The noise of her rhythmic rasping, in and out, in and out, is comforting – the most familiar sound of all, and slightly disconcerting. It’s too personal to hear a stranger’s breath so loud in your ears. We’ve all been scarred by the press of heavy-breather commuters during rush hour on the tube, by the intimacy of anonymous proximity and faceless bodies. When it comes to Boswell, however, her art is the very definition of personal; her body is its source, after all.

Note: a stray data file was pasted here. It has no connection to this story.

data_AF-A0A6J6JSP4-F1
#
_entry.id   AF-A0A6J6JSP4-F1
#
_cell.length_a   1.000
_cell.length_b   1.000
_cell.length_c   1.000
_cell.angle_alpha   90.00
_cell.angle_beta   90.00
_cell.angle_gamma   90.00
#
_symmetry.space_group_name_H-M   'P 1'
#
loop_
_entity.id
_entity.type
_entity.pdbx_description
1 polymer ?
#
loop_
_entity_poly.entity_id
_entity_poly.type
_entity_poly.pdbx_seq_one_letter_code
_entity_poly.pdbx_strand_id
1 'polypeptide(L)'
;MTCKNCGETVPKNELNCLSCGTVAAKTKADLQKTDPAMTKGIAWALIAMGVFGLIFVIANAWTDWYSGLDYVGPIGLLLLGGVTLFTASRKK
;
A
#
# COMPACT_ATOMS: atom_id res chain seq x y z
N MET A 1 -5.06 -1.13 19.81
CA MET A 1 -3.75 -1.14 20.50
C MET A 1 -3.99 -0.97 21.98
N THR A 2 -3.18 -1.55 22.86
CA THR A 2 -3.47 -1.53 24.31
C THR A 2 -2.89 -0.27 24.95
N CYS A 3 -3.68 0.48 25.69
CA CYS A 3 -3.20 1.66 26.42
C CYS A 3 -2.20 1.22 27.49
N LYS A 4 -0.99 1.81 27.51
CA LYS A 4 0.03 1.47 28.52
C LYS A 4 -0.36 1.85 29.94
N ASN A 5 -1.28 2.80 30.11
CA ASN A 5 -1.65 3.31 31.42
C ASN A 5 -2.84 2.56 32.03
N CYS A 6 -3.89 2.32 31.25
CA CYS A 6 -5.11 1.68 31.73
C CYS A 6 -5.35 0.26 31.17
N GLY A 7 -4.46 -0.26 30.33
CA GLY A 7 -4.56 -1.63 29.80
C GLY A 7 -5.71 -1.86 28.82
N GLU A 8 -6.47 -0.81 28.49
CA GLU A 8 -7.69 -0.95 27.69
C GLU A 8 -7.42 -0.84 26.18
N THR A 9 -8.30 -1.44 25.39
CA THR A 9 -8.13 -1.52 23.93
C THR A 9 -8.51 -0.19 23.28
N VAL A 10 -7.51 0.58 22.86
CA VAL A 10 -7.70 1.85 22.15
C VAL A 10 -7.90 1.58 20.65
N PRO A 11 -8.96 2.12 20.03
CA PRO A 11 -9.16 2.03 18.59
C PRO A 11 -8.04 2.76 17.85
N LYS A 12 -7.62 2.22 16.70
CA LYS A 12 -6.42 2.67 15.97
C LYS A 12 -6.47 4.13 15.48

The artist’s story of selfhood splays out before me in fresco, sketch and film. At first, it’s a narrative of suffering. The victim of partial blindness in her right eye and torn arterial heart tissue, Boswell’s physical and emotional trauma proves a stimulus for creation. Amongst her oeuvre is footage of her eye surgery at Moorfields Eye Hospital (ouch!) and an angiogram of her heart. For every depiction of herself (there are more than twenty, and not much besides), half-lines and partial erasures speak volumes – in On the Line, 2018, Boswell’s physical fragility is centre stage. Soft charcoal seems a fitting tool: the black shapes, easily rubbed and smudged, seem to rhyme with Boswell’s ideas of herself as something impermanent; mutable.